The Clippers showed how scary they can be in a blowout win over the Cavaliers

This Clippers team? This team can win a title.

A 113-94 beatdown of the defending champion Cavaliers was certainly one way for the Los Angeles Clippers to bounce back from a double-overtime loss to the lowly Brooklyn Nets. And in the same way that defeat exposed the Clippers at their very worst, Thursday night's win in Cleveland showed this team at its very best — a real threat to a seemingly inevitable Warriors-Cavs Finals rematch.

The blowout win wasn't always pretty, unfortunately. If you tuned in for tip-off, you know the first quarter brought with it a cacophony of whistles from the officials. For that, we can largely blame Blake Griffin, who's playing the very best basketball of his life.

Over a sixty-second stretch in the opening frame, Griffin drew three fouls against the Cavs, earning two trips to the free-throw line. That's kind of been his thing this season, with the Clippers forward averaging the second-most FTAs per 36 minutes in his career. For good measure, Griffin is making a career-best 77.4 percent of his free throws.

The better he gets, the more he's forcing opponents to choose between practically tackling him on his way to the rim or giving up a demoralizing dunk. Want to hang back and dare him to make plays for others? No problem; Griffin is an outstanding (yet underrated) passer, as he demonstrated against Cleveland with 11 assists to go along with 13 points and five rebounds.

Maybe pump the brakes on those 3-pointers, though, Blake. Griffin's taking one 3 per game but making just 22 percent of them. Meanwhile, J.J. Redick continues to get buckets from deep, knocking down 4-of-6 triples for 23 points in Thursday's win, bringing his season average to over 45 percent on 3s for the second consecutive season. When an opponent tries to stop L.A.'s "Big Three," Redick is there to make them pay — over and over again.

It's that consistency that makes the Clippers who they are. They've turned years of playing together into the kind of chemistry most franchises can only dream about. And for better and for worse, that continuity comes from Chris Paul, the on-court extension of Doc Rivers' particular approach to coaching. Against the Cavs, Paul was at his very best, subtly leaving his mark on every possession on both ends of the floor while hardly filling up the box score, finishing with 16 points, six rebounds and nine assists.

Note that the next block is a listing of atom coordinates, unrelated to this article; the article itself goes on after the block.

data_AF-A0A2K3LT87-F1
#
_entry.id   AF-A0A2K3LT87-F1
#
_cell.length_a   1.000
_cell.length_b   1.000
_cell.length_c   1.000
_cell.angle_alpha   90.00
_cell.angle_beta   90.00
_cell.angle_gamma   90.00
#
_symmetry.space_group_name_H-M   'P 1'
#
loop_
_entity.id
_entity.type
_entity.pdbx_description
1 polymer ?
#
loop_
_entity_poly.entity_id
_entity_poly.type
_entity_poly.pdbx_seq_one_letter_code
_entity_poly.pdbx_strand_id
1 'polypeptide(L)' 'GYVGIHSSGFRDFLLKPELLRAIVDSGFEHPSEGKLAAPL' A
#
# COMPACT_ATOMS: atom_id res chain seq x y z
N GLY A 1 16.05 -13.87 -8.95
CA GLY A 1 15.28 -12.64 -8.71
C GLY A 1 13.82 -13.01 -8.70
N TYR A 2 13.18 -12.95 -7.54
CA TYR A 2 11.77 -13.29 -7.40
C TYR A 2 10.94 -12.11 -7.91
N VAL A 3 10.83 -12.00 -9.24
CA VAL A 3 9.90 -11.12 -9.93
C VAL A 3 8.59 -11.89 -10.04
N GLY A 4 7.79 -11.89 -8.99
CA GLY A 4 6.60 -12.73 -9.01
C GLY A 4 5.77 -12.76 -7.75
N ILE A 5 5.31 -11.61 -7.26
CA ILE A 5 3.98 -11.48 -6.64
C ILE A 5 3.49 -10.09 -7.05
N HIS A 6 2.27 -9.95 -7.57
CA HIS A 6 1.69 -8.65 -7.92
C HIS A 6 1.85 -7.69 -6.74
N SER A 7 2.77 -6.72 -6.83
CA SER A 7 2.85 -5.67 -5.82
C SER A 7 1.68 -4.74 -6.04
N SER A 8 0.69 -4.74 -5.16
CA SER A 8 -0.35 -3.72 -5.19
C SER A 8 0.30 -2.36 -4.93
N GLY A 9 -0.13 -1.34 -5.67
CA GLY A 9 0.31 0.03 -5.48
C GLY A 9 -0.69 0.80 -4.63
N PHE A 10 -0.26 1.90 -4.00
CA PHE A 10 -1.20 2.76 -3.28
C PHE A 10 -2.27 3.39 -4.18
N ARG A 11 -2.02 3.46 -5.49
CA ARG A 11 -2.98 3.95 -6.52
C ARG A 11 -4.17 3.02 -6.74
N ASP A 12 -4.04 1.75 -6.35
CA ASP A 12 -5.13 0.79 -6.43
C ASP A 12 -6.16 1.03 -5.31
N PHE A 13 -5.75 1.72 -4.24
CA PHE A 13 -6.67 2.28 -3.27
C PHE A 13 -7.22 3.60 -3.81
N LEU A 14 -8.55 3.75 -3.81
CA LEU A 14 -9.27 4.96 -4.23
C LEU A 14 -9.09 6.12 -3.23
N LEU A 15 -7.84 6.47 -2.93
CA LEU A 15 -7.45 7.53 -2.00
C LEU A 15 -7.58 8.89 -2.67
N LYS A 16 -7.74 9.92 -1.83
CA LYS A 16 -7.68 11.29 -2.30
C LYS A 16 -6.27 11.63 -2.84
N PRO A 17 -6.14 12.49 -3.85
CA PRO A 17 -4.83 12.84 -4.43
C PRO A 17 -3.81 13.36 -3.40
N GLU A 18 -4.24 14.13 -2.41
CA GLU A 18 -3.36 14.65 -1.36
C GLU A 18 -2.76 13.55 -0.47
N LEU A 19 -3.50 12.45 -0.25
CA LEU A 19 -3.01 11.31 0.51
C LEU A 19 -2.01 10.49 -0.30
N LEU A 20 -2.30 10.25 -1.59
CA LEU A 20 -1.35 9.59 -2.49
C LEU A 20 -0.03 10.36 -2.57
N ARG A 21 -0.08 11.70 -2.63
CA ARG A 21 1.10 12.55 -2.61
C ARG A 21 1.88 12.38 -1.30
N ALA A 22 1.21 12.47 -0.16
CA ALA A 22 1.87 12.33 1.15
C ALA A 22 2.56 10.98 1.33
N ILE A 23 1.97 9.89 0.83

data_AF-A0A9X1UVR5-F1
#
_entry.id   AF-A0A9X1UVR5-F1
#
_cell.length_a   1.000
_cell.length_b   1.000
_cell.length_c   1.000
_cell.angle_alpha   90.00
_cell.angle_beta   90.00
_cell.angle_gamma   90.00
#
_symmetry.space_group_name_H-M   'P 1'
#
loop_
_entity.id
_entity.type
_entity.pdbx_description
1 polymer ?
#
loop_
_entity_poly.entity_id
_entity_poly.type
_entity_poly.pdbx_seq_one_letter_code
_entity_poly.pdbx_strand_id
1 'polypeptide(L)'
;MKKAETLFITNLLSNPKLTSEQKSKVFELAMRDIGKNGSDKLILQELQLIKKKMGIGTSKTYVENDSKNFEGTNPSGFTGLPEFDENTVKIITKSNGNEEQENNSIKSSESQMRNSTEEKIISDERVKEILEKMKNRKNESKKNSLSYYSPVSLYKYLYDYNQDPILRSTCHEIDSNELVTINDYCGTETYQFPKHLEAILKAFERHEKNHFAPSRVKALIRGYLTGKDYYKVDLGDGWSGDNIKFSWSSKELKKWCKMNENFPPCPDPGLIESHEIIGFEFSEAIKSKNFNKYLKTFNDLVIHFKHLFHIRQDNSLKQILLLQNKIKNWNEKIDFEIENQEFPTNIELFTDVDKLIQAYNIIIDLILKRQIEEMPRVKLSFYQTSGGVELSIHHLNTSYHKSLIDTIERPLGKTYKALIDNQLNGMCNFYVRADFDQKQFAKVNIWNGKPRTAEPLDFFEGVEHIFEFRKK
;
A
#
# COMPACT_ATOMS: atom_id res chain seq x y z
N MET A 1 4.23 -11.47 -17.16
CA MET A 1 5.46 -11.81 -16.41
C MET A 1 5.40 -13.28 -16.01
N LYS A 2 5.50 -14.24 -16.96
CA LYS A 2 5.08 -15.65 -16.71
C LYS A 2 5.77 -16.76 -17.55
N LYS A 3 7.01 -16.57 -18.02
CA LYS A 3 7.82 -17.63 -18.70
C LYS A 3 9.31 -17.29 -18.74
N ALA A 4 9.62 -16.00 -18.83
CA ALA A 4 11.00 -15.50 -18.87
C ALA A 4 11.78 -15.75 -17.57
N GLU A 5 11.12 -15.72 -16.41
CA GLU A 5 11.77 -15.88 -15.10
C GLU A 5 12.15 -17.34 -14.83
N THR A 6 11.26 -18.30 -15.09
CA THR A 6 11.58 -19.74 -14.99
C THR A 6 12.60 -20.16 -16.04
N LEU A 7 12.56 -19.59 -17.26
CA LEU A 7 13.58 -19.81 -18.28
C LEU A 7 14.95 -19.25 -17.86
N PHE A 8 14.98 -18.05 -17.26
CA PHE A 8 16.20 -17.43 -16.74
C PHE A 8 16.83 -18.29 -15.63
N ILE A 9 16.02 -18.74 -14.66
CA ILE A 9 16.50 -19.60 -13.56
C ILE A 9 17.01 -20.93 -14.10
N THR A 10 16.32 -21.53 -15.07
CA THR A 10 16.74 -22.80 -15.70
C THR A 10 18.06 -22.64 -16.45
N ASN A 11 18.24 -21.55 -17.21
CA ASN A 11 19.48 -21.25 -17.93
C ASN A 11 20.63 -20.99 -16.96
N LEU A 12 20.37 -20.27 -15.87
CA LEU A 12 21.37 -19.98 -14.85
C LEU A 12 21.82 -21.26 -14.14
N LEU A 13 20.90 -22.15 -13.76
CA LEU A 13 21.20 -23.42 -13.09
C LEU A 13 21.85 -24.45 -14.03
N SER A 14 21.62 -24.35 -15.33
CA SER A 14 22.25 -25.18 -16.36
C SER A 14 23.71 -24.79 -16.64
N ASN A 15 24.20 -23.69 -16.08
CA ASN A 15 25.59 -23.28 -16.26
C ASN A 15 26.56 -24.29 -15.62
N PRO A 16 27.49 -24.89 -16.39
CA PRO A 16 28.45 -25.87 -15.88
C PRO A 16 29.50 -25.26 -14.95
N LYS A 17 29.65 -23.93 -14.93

More importantly, CP3 set the tone after a disastrous night earlier this week in Brooklyn. While you can never expect the Clippers to stay completely silent when it comes to the refs, the team was on its best behavior in Cleveland on Thursday. They whined, of course. They pleaded their cases. They swore they were incapable of committing fouls. But they did it with a modicum of respect, all as they kept their focus on the real task at hand: throttling the Cavs.

And above all, there was DeAndre Jordan.

Jordan's effect on the Clippers defense has been an open question for several years now. At the team's best, the perimeter defenders funnel ball-handlers straight into Jordan, who prevents them from even thinking about taking a shot anywhere close to the rim. At the team's worst, he's constantly trying to clean up for mistakes — both his and others' — which leaves the Clippers scrambling and shaking their heads as the other team gets an easy basket.

This season, there are no such questions. L.A. is second in the NBA in defensive rating, and Jordan is the biggest reason. He gave the Cavs second thoughts time and again on Thursday, spurring the Clips to an impressive 19-point win.

Whether this is who the Clippers really are, or whether they're the undisciplined squad we saw against Brooklyn, or, most likely, whether they're somewhere in the middle — an extraordinarily talented team with a unique mix of issues — there's no denying how impressive this team can be at its best. In Cleveland, the Clippers served notice that they're still title contenders.

As long as they can keep games from boiling down to the final possessions, that is.

 

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